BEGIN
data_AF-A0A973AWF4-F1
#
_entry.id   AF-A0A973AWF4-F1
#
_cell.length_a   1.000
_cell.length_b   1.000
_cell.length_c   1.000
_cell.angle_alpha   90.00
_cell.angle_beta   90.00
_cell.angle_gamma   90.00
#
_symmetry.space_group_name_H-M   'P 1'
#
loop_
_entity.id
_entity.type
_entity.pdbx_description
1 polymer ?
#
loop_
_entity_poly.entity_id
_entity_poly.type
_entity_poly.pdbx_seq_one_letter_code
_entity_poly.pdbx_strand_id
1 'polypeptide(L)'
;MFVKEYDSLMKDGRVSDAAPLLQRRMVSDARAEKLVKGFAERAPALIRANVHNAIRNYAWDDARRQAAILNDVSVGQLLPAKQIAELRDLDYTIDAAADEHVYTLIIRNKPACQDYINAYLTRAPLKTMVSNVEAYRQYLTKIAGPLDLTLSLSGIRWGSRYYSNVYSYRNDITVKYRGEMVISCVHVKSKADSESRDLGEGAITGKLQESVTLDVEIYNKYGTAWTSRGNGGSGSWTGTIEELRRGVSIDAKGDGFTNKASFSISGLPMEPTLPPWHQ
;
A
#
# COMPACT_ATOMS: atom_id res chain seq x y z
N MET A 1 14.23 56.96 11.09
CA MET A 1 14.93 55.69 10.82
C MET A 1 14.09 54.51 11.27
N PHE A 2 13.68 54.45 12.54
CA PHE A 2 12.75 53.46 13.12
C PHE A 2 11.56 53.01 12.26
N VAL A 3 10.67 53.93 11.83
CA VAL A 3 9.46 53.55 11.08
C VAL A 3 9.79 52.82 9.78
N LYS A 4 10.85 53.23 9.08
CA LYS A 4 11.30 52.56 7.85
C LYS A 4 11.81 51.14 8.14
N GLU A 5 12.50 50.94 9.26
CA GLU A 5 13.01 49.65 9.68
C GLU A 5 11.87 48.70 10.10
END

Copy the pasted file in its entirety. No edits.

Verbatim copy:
data_AF-A0A973AWF4-F1
#
_entry.id   AF-A0A973AWF4-F1
#
_cell.length_a   1.000
_cell.length_b   1.000
_cell.length_c   1.000
_cell.angle_alpha   90.00
_cell.angle_beta   90.00
_cell.angle_gamma   90.00
#
_symmetry.space_group_name_H-M   'P 1'
#
loop_
_entity.id
_entity.type
_entity.pdbx_description
1 polymer ?
#
loop_
_entity_poly.entity_id
_entity_poly.type
_entity_poly.pdbx_seq_one_letter_code
_entity_poly.pdbx_strand_id
1 'polypeptide(L)'
;MFVKEYDSLMKDGRVSDAAPLLQRRMVSDARAEKLVKGFAERAPALIRANVHNAIRNYAWDDARRQAAILNDVSVGQLLPAKQIAELRDLDYTIDAAADEHVYTLIIRNKPACQDYINAYLTRAPLKTMVSNVEAYRQYLTKIAGPLDLTLSLSGIRWGSRYYSNVYSYRNDITVKYRGEMVISCVHVKSKADSESRDLGEGAITGKLQESVTLDVEIYNKYGTAWTSRGNGGSGSWTGTIEELRRGVSIDAKGDGFTNKASFSISGLPMEPTLPPWHQ
;
A
#
# COMPACT_ATOMS: atom_id res chain seq x y z
N MET A 1 14.23 56.96 11.09
CA MET A 1 14.93 55.69 10.82
C MET A 1 14.09 54.51 11.27
N PHE A 2 13.68 54.45 12.54
CA PHE A 2 12.75 53.46 13.12
C PHE A 2 11.56 53.01 12.26
N VAL A 3 10.67 53.93 11.83
CA VAL A 3 9.46 53.55 11.08
C VAL A 3 9.79 52.82 9.78
N LYS A 4 10.85 53.23 9.08
CA LYS A 4 11.30 52.56 7.85
C LYS A 4 11.81 51.14 8.14
N GLU A 5 12.50 50.94 9.26
CA GLU A 5 13.01 49.65 9.68
C GLU A 5 11.87 48.70 10.10